30 years after the end of Romania's dictatorship

The Romanian Revolution, which culminated in the overthrow and execution of dictator Nicolae Ceauşescu, began in the city of Timișoara shortly before Christmas 1989. More than 1,000 people died in the uprising against the state. While the Romanian press asks whether the people of Romania have truly put the dictatorship behind them, international voices draw attention to positive developments.

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The Irish Times (IE) /

A glimmer of hope for the rule of law

It has taken a long time but recent developments in Romania give cause for optimism, the Irish Times says:

“Twelve years after Romania joined the EU, it has yet to establish the truth about how its democratic state took shape. Building on such shaky ground has undermined Romania's justice system and eroded trust in a state that has shielded Ceaușescu's successors at the expense of the victims of 1989. ... Yet Romania is ending 2019 as a regional bright spot for the rule of law, which is under attack from populist leaders in Hungary, Poland, the Czech Republic and elsewhere. Civil society and huge protests helped stop the Social Democratic Party (PSD) from crippling Romania's anti-corruption laws, and boosted the liberals who last month ousted Iliescu's old party from power.”

G4Media.ro (RO) /

A distorted system of values

Communism has engendered a fundamental antipathy towards state institutions that now threatens democracy, writes journalist Dan Tăpălagă, founder of the news website G4Media.ro:

“Communism left us with a burdensome legacy: a lack of respect for laws and rules; corruption as a way of life. Children were infected with the virus by their parents: the art of stealing and cheating the system. The distrust of institutions, the state, the future, has been passed on from one generation to the next. ... Communism accustomed us to a distorted system of values. A lack of trust in their own future is driving people out of these [ex-communist] countries, which are threatened by depopulation and ageing. This is perhaps the greatest danger for the new democracies in Eastern Europe in the long term.”

Adevărul (RO) /

We can rely on civil society

Romanian society has freed itself from post-communism, writes journalist Ion M. Ioniță in a blog in Adevărul:

“Over the past 30 years the people have forced the elites to obey them in key moments. When the majority saw that Romania was in danger of going off track, that the representatives of the political class were heading in the wrong direction, the reaction came immediately. Massive street protests, punishment with devastating election defeats. Without this civil and political presence, Romania would not have put post-communism behind it. ... This is the great change that required enormous effort over the past 30 years - but it's now irreversible.”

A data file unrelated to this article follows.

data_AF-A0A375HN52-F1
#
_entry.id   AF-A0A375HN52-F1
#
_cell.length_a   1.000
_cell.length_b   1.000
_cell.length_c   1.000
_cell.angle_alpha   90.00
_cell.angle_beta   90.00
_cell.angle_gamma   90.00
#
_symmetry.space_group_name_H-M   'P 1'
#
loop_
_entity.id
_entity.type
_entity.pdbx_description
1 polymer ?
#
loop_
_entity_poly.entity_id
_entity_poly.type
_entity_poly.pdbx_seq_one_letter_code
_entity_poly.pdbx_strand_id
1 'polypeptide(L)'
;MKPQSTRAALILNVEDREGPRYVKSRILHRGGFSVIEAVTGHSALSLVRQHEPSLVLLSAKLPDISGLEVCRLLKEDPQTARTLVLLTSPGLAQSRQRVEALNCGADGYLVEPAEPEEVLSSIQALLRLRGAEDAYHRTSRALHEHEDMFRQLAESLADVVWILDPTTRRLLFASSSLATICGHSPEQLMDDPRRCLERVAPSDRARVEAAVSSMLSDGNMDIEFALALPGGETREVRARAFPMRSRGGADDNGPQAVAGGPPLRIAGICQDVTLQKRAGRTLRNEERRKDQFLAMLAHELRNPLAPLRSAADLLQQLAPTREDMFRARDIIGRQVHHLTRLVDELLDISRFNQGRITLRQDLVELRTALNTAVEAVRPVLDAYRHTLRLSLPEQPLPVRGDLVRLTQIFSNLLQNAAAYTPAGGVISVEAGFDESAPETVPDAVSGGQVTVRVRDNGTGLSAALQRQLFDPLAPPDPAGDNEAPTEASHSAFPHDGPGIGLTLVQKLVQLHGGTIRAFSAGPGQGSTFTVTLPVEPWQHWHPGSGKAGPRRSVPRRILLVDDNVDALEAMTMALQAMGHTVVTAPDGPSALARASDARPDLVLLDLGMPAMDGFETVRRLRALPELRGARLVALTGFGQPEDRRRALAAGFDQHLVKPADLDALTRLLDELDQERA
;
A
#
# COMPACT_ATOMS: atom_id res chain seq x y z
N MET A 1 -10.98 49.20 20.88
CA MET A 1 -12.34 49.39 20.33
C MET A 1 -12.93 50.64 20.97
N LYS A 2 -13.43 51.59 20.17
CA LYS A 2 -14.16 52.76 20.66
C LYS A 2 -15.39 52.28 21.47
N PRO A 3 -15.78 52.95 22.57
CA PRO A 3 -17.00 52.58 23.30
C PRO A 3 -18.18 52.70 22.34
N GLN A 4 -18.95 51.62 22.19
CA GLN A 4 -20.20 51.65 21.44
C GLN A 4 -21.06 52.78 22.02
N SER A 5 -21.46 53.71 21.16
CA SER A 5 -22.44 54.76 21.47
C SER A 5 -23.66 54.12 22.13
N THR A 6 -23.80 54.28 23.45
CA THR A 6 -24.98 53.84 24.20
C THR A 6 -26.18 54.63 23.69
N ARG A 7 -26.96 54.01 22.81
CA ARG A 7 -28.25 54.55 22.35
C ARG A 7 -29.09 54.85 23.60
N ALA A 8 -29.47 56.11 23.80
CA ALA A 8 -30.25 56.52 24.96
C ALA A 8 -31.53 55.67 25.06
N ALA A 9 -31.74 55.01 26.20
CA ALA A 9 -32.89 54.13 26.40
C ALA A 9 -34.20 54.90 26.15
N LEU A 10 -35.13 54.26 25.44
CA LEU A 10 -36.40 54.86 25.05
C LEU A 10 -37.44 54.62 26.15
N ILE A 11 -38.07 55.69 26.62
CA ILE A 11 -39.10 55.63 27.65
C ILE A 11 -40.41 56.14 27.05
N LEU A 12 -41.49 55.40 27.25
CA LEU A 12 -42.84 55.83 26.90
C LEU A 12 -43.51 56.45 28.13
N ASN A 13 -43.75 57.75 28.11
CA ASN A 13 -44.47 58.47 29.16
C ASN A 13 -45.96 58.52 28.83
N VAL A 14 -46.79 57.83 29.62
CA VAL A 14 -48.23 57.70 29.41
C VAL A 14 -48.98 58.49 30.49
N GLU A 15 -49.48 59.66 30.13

Newsweek România (RO) /

Save your crocodile tears

Calls by politicians to punish those who committed crimes under the Ceaușescu regime are a mockery, writes journalist Răzvan Chiruţă in Newsweek Romania:

“Ceremonies, fake tears, new promises of justice from politicians who were themselves responsible for the misery of the last 30 years: for example the special pensions for former intelligence officers. ... The criminal investigation into the revolution was also delayed in order to protect former party activists and Securitate employees. ... Politicians of all stripes should remain silent these days - including the new ones who are not directly to blame. Through this period at the very least they should leave us alone and not join in the chorus of crocodile tears that comes over us every year.”

Contributors (RO) /

Between cleptocracy and civic society

Romania is at a crossroads, lawyer Ioan Stanomir writes in Contributors:

“After 30 years, Romania faces a question that is fundamental for its future: what type of state do we want to build, and what relationship should this state have with its citizens? State reform must lead us out of the impasse in which we find ourselves as a nation. The continued existence of clientelist structures and the kleptocratic order threaten our people's dignity. ... After 30 years, civic commitment is the alternative to lethargy and moral decay. With a sense of citizenship and daily courage, the people can rediscover their instinct for solidarity and dignity.”